Bristol-Myers Squibb Co. v. Superior Court of San Francisco CountyAnnotate this Case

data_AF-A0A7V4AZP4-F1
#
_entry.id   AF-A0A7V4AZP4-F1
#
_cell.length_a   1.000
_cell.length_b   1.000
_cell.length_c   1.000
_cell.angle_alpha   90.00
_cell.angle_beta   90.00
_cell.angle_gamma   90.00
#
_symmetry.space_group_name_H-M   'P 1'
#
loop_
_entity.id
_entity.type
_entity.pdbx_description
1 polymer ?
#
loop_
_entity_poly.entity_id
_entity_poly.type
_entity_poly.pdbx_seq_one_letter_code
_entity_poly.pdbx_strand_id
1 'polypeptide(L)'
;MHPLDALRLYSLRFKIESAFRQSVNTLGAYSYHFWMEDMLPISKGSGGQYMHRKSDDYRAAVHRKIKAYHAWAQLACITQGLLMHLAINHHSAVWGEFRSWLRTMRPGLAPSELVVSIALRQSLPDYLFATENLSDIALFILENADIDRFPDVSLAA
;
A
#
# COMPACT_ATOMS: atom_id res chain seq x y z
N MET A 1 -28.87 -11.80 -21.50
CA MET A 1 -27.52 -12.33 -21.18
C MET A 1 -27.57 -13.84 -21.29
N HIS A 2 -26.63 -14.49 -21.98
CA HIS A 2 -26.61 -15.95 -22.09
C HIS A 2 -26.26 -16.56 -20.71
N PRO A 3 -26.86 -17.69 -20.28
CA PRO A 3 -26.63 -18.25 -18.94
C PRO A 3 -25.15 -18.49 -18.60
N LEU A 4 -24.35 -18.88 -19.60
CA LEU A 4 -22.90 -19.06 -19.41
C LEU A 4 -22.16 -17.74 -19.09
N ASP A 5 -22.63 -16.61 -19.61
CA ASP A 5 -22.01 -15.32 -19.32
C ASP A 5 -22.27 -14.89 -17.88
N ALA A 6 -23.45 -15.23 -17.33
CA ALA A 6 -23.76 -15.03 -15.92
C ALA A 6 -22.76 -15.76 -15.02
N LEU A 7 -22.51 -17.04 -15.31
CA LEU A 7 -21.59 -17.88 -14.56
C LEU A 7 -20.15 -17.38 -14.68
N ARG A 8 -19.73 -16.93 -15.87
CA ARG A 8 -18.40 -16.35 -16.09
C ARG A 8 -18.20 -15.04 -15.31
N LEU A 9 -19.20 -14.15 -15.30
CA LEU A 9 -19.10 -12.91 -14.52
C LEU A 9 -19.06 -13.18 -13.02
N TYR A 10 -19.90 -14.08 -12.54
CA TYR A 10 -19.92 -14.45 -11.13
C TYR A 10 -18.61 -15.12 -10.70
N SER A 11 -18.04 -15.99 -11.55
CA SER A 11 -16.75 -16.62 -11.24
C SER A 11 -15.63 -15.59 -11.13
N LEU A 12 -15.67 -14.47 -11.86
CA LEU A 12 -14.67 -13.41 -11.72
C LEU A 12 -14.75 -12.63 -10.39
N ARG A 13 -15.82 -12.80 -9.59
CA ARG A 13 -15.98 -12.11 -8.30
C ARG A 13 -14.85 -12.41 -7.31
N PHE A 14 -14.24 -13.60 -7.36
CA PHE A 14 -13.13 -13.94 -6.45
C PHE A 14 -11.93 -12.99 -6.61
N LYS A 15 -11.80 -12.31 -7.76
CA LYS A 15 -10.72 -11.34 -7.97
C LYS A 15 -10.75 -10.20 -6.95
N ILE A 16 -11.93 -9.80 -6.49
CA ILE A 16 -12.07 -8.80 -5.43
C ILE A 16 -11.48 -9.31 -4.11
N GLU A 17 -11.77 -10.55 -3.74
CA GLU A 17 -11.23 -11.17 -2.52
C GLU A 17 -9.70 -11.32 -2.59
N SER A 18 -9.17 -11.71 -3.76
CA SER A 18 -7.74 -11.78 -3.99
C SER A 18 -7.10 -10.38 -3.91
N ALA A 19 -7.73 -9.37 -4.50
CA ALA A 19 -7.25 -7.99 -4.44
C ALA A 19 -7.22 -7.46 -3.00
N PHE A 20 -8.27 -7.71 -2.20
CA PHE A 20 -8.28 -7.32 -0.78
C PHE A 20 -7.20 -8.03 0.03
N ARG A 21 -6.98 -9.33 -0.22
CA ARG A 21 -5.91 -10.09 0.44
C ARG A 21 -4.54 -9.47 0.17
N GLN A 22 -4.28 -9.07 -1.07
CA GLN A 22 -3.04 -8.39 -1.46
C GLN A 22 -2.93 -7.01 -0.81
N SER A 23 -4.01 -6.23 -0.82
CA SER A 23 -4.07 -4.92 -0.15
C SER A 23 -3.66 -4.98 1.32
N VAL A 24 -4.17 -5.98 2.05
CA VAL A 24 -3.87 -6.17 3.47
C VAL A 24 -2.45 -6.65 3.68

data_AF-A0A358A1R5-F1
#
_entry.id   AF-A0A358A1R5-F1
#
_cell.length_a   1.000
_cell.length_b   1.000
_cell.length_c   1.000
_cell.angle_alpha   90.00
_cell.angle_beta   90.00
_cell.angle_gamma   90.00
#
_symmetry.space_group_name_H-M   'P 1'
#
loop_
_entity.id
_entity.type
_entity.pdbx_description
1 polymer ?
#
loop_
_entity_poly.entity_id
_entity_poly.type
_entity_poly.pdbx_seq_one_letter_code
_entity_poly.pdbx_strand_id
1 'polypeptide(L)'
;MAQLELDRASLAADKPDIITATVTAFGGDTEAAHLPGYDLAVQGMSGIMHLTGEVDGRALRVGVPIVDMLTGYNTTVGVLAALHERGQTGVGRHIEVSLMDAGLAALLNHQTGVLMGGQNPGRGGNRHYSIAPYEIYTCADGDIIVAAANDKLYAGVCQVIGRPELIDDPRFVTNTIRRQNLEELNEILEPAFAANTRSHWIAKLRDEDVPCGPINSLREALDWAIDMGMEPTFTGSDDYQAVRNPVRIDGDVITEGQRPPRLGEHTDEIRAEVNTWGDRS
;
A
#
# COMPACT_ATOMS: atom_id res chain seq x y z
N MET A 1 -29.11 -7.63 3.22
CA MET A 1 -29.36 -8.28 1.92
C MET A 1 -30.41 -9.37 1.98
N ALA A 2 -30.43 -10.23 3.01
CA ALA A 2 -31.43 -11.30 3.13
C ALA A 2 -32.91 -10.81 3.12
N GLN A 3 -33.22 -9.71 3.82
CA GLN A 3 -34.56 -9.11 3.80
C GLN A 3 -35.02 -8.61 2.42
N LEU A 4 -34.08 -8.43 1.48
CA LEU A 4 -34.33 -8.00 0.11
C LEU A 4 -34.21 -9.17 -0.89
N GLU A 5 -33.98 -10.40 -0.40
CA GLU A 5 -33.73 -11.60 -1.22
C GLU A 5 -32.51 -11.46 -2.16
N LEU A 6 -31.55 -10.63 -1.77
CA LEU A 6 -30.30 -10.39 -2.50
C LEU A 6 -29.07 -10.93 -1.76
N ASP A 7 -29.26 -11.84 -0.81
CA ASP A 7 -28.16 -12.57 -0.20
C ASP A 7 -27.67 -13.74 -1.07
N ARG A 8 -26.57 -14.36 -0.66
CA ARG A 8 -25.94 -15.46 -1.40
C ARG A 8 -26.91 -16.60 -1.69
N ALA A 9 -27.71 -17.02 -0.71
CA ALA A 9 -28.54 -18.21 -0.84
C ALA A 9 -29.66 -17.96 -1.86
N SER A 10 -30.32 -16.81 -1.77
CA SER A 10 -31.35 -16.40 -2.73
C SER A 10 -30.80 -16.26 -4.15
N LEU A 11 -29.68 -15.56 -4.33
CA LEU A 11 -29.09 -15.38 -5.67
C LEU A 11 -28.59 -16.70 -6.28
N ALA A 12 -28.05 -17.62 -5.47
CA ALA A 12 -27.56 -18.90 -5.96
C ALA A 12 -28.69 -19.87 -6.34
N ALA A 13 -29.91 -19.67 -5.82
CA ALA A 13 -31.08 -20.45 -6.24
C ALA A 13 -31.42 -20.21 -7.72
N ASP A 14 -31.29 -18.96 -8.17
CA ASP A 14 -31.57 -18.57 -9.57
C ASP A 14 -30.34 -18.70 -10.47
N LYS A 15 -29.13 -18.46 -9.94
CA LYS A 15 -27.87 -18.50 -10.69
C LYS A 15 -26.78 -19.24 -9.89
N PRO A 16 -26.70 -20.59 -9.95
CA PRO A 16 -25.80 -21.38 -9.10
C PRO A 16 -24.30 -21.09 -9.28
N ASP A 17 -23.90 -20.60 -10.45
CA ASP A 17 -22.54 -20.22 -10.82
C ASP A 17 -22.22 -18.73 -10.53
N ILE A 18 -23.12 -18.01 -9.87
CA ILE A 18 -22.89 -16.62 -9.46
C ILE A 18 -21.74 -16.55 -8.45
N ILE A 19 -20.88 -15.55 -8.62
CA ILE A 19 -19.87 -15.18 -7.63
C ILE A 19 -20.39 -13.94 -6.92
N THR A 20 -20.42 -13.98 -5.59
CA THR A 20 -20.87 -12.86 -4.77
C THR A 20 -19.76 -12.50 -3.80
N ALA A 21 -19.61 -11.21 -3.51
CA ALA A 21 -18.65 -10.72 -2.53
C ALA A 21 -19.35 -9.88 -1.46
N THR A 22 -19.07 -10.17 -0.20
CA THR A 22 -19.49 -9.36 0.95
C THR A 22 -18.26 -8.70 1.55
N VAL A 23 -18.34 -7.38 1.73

Eight separate complaints were filed in San Francisco Superior Court by or on behalf of 678 individuals. Eighty-six of those individuals were California residents and the remainder were nonresidents. All of the plaintiffs were allegedly prescribed Plavix, a drug created and marketed by Bristol-Myers Squibb Company (BMS), and allegedly suffered adverse consequences. BMS, which conducts significant business and research activities in California but is neither incorporated nor headquartered in the state, moved to quash service of summons on the ground that the court lacked personal jurisdiction over it to adjudicate the claims of the nonresident plaintiffs. The superior court denied BMS’s motion. BMS petitioned the Court of Appeal for a writ of mandate, naming the nonresident plaintiffs as real parties in interest. The Court of Appeal denied the writ, concluding that BMS was subject to the personal jurisdiction of the California courts on the basis of specific jurisdiction. The Supreme Court affirmed, holding that, in light of BMS’s extensive contacts with California, courts may exercise specific personal jurisdiction over the nonresident plaintiffs’ claims in this action, which arise from the same course of conduct that gave rise to the California plaintiffs’ claims.